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Club vs. Academy Argument in American Youth Soccer

The club vs. academy argument being had in youth soccer circles from the D.C. and northern Virginia area is, at least for now, being won by the side backed by the U.S. Soccer, as D.C. United's Under-17 team recently won its second SUM Cup in three years and made the U.S. Soccer Development Academy finals.

For those unfamiliar with the dilemma at the U.S. youth level, it was one in which, according to reporter Paul Tenorio, it was becoming "focused too much on winning tournaments and participating in college showcases and not enough on individual development."

Having conducted its own cross-country review, U.S. Soccer and President Sunil Gulati stated that in order for the further maturation of the U.S. national team program, "it is the right time for U.S. Soccer to lead a change in the sport at the youth level" and that "we need to shift the focus of our young elite players from an 'overburdened, game emphasis' model to a 'meaningful training and competition' model" in order to "allow players to develop to their full potential.'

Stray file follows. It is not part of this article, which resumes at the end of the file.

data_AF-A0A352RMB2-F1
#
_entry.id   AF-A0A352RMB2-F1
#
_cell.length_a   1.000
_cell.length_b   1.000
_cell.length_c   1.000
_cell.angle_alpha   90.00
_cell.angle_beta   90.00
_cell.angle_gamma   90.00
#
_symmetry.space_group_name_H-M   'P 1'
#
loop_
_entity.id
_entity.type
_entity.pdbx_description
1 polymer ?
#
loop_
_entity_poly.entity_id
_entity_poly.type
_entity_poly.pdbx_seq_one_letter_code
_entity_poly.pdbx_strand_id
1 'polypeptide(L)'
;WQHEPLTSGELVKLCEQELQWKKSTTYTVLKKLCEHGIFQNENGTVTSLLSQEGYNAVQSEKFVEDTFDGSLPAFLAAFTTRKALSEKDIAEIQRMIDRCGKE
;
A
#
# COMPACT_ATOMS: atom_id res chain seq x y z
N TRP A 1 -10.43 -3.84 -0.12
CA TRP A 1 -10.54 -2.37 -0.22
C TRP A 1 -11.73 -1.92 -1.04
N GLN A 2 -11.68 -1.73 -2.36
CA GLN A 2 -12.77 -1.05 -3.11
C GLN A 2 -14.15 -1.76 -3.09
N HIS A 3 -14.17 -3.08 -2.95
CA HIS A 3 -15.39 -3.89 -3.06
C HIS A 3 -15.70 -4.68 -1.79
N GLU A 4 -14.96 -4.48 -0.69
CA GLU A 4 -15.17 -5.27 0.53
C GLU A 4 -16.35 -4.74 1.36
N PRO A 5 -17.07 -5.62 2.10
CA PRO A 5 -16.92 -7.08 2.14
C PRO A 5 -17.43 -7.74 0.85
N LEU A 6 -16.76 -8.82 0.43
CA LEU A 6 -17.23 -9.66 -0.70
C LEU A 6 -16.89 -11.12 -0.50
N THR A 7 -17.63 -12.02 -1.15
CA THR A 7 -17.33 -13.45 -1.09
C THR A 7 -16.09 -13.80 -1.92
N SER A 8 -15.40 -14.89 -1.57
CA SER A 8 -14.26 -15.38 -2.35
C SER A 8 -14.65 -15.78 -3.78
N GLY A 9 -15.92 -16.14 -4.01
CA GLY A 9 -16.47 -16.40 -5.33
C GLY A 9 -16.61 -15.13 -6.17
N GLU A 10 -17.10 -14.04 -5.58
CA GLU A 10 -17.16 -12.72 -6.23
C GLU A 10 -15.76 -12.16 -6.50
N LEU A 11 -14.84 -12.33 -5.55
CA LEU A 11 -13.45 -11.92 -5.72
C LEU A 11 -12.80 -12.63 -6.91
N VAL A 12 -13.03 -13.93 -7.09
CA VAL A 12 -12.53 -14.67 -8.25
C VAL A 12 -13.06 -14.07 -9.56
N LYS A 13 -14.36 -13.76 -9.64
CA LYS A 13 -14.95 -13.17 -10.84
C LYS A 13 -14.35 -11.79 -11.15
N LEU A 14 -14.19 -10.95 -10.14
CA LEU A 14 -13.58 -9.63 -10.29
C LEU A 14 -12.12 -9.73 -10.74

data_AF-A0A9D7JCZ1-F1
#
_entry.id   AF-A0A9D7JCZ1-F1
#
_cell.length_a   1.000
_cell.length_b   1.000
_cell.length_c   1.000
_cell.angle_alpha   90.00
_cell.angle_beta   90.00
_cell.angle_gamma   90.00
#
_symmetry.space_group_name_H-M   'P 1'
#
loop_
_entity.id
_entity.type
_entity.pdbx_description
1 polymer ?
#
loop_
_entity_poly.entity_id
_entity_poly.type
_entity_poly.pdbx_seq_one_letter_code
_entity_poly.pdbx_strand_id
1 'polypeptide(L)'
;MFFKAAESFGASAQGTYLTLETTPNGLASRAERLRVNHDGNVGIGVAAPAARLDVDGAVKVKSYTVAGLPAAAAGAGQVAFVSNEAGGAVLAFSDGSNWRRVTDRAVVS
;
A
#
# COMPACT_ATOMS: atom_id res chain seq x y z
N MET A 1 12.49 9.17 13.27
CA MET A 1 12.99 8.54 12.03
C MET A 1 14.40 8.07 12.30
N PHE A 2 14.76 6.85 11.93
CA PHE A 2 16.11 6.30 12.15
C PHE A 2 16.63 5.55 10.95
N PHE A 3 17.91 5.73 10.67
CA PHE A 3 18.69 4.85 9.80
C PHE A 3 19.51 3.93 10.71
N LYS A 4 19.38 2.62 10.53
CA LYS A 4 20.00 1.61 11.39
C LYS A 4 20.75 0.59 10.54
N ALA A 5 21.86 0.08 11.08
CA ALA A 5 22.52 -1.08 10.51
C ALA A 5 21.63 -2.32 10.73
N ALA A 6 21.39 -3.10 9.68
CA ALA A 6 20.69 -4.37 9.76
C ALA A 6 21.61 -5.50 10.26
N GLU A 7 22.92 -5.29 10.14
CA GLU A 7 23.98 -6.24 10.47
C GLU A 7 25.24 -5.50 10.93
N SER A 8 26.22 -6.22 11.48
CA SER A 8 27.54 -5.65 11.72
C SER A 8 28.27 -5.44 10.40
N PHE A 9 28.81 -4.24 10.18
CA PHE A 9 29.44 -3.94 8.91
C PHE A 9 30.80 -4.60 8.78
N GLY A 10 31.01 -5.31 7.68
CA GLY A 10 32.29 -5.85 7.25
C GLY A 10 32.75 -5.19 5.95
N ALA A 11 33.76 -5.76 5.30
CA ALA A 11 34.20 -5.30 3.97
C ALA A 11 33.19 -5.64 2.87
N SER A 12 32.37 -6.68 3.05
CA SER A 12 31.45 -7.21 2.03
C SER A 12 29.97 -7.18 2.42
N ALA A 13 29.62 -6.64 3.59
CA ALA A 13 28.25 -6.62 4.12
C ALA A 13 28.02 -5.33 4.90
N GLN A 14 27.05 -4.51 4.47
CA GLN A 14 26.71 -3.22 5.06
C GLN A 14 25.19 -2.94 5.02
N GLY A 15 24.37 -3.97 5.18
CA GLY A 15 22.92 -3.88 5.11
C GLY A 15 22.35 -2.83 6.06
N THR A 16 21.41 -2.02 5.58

While the academy has its detractors, mostly club coaches who are losing their best players to what they perceive is no better value in individuals' preparation to be a pro, D.C. United General Manager Dave Kasper provides perhaps the best argument for it, which is to follow "what's done around the rest of the world" and "have a proper academy system that can one day feed players into the first team."


Read the whole story at Washington Post »

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